Sometime in the wee hours of the morning, I get exhausted enough to doze off with my face in that tiny pillow, which I’ve place on the tray table for stability. I wake up to the still screaming children, as we’re headed east over the coast of Norway. Since Doha is on the east side of the Arabian Peninsula, the Great Circle route takes us pretty far north; we’ve come over Greenland itself and north of Iceland to get here.
I make a habit of setting my watch to destination time right after takeoff, to get myself mentally prepared for the time change. So it’s 10 am (3 am EDT) when I come to, but the cabin is still dark and window shades all down. Do a little morning ablution ritual, returning to my seat to find us over western Russia. Looks like we’ll head south through the Caucasus and into Doha. We’ve been airborne for 10 hours and still have 5 more to go. Jana’s awake now too, and watching some movie full of animated rabbits talking to one another. Maybe I’ll fire up the Orient Express again and see if it makes any more sense to me now. I do recall from my earlier haze that the cinematography was spectacular, but I was in no condition to follow the particulars of a murder investigation on the first attempt. I go to the middle of the movie and begin the business of re-engaging the plot.
An hour later, I wake up as the credits begin to roll. Yeah, I’m a real movie buff. Apparently I’ll never know whodunit.
Shortly after noon they bring lunch by. Jana’s asleep, face down in her neck pillow. I figure she’ll want to eat, so I wake her up. I get the eggs with mushrooms; she gets the other thing. Like mushrooms? Yukky face. Guess not.
The mushrooms are pretty good, and there’s a nice fresh fruit cup and yogurt and even a Twix bar, which, as you know, makes everything better.
Just 3 hours out of Doha now, and about 20 minutes behind schedule. We have only 90 minutes’ turnaround time there to start with; I hope it doesn’t shrink any more. And I hope they won’t put us through a security check here. They often do that in Africa and Europe, even though you’re not leaving the secure zone. Will the Arabian Peninsula be more likely to increase the security checks, or less? I guess we’re gonna find out.
Watch the cameras for a bit, as the Russian farms glide by beneath. Lots of farms; somebody’s working pretty hard down there.
There’s AC power at each seat, even in Economy, and free wifi as well. I get pretty excited about the prospect of being able to post the first day’s blog right at midnight, but my connection quits working just a few hours into the flight. I twiddle with it some, but don’t see any obvious problems. Well, guess you’re gonna have to wait to get your first daily fix.
With the cabin lights up for the meal, I figure it’s a good time to locate the rest of the crew. I find Olivia V in the next-to-last row on the left, awake and smiling. The three on the other end of her row are all asleep. I find Paige 2 rows ahead of them, in the middle seat, wrapped around her full-size pillow and also asleep. When we talked earlier, she said she didn’t think bringing the big pillow was worth it, because it didn’t seem to fit anywhere in the middle seat. But it seems to be working for her now.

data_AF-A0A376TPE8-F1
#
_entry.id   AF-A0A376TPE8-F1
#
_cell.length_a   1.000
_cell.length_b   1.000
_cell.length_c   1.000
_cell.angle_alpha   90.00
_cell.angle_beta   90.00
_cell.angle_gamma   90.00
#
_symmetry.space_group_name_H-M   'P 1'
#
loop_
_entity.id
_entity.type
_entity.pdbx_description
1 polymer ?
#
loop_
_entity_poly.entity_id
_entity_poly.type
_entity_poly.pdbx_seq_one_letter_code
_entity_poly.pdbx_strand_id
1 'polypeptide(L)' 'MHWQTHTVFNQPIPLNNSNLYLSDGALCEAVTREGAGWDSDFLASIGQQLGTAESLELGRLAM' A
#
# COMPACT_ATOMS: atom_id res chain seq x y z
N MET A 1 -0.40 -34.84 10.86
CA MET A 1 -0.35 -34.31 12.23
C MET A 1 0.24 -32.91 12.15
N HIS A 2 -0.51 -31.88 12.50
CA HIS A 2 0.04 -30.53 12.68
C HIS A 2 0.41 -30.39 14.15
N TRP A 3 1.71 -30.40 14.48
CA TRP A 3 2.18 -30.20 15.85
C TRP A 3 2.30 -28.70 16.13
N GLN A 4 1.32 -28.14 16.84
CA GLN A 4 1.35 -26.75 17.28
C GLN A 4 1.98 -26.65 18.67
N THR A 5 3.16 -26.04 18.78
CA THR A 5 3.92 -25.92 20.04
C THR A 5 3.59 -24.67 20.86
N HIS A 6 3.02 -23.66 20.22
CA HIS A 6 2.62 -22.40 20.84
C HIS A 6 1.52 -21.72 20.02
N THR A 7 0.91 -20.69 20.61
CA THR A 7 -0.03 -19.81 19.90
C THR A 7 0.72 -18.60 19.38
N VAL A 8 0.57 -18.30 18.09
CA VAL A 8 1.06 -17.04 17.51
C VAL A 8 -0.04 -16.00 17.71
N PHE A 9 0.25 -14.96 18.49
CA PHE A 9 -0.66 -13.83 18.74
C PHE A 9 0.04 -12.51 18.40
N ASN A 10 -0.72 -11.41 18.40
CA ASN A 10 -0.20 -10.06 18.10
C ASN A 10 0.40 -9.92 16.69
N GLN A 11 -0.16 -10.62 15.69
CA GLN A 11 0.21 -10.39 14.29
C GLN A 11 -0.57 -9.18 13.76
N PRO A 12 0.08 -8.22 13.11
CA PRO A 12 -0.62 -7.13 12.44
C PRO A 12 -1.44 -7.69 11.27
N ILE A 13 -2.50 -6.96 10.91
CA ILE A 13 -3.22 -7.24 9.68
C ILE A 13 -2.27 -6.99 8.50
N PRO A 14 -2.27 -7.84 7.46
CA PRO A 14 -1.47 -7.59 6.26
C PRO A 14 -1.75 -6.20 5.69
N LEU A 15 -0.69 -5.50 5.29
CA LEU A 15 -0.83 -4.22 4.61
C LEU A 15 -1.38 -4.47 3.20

So we’re all located and verified. All but 2 of us are sitting with at least one other team member. I’ll have to ask those 2 how the flight went, when they’ve recovered enough to talk about it.
Soon we’re just an hour out, over Iran, having passed west of Tehran a bit earlier. We’ll cross the Persian Gulf, or whatever the locals would have us call it, and find our way into Doha, Qatar. My first time here; I’m expecting it to be upscale, but we’ll see.
We land in DOH at 4.15, a bit late. As we’re taxiing, an announcement reminds us that this is the holy month of Ramadan, and eating or drinking in public during daylight hours is prohibited. I’m amused that the announcement is made to a plane full of Hindu passengers. And I’m reminded that the First Amendment is not global.
We’re not going to fritter away any time getting to the departure gate, especially since we need to go together, and 4 of us are in the next-to-last row of the plane. We gather in the terminal and hustle upstairs (I take the escalator; all the crew takes the long stairs. “We need to walk.”), following the “Transfer” signs. A long walk brings us to the security checkpoint; yep, they’re going to make us go through it, even though we’re not leaving the secure zone. The upshot of that is that security isn’t any tighter, but all the people going through it lose all their liquids—water, juice, whatever, anything picked up on the previous flight.
We all get through with no problems, but we guzzle a lot of water on the way in. Regather on the other side—I count, again—and head for our gate, E1. That involves taking a short train ride, but we just miss one and have to wait several minutes for the next one. The wait turns out to be longer than the ride. Signage is a little confusing, which surprises me, given that this is indeed a world-class airport—“5-star,” as it advertises itself. There are luxury shops everywhere, and the place is new and clean and beautiful. Wish we could stop to admire it—but we’ll be spending a night here on the way back, so we’ll have plenty of time then.
The strange thing is, the airport is virtually deserted. There’s just nobody around. I’m not sure why, but it is before sunset on a Friday, the Muslim day of rest and worship, and especially during Ramadan, maybe everybody’s at the mosque instead of traveling. But I do wonder what happened to all those Hindus who got off the plane with us.